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image In these tough times for the economy, file sharers and students alike, it’s time to find out exactly how much the convenience of buying music from iTunes costs.

To the untrained eye, buying Amazon MP3 music downloads might not immediately seem like a bargain – and let’s face it, it’s not as easy as clicking the buy button in iTunes. As with all things Apple, the whole experience of buying music on iTunes is seamless, simple and the catalog is huge, encompassing songs from the most obscure indie bands to mainstream pop.

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Apple provides a slightly higher quality music format (DRM-free 256kb/s AAC), they also have variable song pricing, most individual songs costing you $1.29. Less popular songs are priced at $0.99 and $.79 (there are very few), but you can usually get a better deal by purchasing the whole album, with a typical 12 track record running you at $9.99.

There’s some good news though. Various promotions are always available if you visit the music store home, check the Facebook fan page and sign up for the Apple education newsletter. Just the other week, a 30 track sampler full of indie tracks was available for free, in addition to the free songs available every week on Tuesday.

You will also notice that certain bands/singers and genres will go on sale on special occasions, holidays or celebrations. You also have a good chance of getting the album at a lower price if you pre-order or buy it after the dust settles (after 3-4 months of the original release).

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Depending on your perspective, as a PC or Mac user, an iPod or another device owner, the AAC format in which the music is available, might or might not suit your needs. The 256Kb/s AAC format is considered to be of higher quality to its MP3 counterpart, but any chance of noticing the difference will require a pretty expensive audio setup. (For more details on difference between audio formats see Audio File Formats Explained in Simple Terms Audio File Formats Explained in Simple Terms Audio File Formats Explained in Simple Terms Read More )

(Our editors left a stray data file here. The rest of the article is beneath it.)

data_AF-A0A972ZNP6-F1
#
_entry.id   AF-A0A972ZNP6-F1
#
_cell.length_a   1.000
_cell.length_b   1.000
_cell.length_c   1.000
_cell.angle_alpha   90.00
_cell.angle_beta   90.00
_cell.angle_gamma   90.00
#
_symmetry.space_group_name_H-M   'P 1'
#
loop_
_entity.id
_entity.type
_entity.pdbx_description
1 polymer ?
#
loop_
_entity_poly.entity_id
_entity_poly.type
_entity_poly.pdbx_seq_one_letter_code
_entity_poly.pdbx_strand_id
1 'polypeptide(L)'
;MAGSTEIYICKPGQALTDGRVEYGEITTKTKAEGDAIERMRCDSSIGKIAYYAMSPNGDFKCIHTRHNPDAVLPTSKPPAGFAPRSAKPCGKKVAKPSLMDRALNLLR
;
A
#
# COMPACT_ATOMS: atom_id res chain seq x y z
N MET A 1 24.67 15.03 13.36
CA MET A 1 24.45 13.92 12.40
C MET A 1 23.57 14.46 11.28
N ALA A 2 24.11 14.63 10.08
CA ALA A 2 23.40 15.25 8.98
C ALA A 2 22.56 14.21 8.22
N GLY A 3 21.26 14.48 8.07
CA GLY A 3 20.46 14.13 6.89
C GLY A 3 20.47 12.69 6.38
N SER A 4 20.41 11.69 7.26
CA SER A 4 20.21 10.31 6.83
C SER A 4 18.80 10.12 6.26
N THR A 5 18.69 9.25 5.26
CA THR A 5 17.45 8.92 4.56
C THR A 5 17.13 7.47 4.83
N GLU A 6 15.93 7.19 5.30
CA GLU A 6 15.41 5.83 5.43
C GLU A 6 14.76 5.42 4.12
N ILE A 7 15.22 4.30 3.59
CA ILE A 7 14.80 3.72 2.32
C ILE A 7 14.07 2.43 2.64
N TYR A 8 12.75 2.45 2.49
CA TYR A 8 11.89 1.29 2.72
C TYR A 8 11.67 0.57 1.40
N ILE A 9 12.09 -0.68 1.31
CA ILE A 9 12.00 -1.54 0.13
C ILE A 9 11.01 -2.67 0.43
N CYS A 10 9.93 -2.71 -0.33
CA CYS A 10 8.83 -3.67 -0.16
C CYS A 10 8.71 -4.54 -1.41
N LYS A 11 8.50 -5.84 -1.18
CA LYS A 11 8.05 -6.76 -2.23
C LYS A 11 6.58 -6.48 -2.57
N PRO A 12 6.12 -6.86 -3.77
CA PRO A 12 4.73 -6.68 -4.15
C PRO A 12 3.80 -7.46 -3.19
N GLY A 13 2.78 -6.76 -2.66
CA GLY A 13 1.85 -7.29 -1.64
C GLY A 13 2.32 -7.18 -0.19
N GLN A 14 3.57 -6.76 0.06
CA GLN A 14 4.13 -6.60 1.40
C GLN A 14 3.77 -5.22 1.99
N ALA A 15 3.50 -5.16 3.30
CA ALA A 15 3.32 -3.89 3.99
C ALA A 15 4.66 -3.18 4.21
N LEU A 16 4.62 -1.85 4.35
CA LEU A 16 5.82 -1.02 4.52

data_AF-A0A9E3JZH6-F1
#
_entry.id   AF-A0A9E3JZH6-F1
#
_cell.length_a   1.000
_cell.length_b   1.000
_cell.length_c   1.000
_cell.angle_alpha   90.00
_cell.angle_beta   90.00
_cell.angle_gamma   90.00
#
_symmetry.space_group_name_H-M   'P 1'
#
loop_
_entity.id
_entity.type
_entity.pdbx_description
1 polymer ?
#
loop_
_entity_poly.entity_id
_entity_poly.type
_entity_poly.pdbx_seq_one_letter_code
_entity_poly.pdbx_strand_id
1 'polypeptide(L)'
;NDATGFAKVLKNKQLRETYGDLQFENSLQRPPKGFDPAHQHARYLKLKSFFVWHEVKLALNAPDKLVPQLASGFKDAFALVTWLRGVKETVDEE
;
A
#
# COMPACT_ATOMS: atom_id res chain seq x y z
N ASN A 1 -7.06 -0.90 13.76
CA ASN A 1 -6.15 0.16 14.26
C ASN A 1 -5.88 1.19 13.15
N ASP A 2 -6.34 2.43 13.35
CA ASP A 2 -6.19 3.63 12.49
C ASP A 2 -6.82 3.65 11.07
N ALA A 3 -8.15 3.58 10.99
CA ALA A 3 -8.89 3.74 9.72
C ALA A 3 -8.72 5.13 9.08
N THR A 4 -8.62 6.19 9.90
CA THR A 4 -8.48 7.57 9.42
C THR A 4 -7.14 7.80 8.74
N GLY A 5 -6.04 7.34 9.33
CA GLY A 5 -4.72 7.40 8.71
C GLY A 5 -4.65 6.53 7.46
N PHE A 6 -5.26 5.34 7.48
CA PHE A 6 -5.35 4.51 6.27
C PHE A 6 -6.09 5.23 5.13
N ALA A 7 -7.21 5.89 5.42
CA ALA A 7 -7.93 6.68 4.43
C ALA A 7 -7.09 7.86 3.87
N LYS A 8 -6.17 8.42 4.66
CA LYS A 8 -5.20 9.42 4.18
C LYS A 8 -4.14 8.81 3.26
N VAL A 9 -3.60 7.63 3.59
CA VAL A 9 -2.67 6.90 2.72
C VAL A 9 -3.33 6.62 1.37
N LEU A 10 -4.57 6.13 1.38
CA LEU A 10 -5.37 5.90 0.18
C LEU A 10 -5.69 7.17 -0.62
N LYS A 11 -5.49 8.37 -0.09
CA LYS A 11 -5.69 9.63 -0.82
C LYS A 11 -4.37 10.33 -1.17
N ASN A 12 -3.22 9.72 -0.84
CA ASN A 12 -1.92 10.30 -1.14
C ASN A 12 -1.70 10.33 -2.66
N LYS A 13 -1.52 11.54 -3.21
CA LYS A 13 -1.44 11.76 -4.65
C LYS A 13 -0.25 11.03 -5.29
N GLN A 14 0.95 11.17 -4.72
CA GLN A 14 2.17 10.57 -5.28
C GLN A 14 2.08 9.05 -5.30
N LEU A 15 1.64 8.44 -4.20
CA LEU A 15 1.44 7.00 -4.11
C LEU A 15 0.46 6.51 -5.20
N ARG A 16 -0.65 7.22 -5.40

Listening in noisy environments, on low quality ear buds (like the ones that come with your iPod) will mask any difference between the formats. You should also consider that not all devices can play the AAC format, especially older MP3 players. For most people, it doesn’t make sense to buy music from the iTunes Store without owning an iPod or iPhone – they probably have another application that syncs their device, and generally, buying Amazon MP3 downloads is cheaper.

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Another nail in iTunes’s coffin is the fact that the Amazon downloader application will automatically import the Amazon MP3 songs you buy into iTunes if you choose to. Which means that you can have the songs on your iPod with just a little bit of hassle, as there’s no need to import manually.  Plus since the Amazon MP3 songs come in DRM-free MP3 format, they can be immediately synced to your iPod, without requiring transcoding. If you’re using another MP3 player, like the Sandisk ones, your device most likely syncs with Windows Media Player, which is also compatible with the Amazon Downloader automatic import.

Amazon scores more points for having a lot larger collection of promotional priced albums and songs, and also offers a selection of free ones every day. At the end of the day, there’s no discernible reason that would make a price conscious person opt for buying music on iTunes.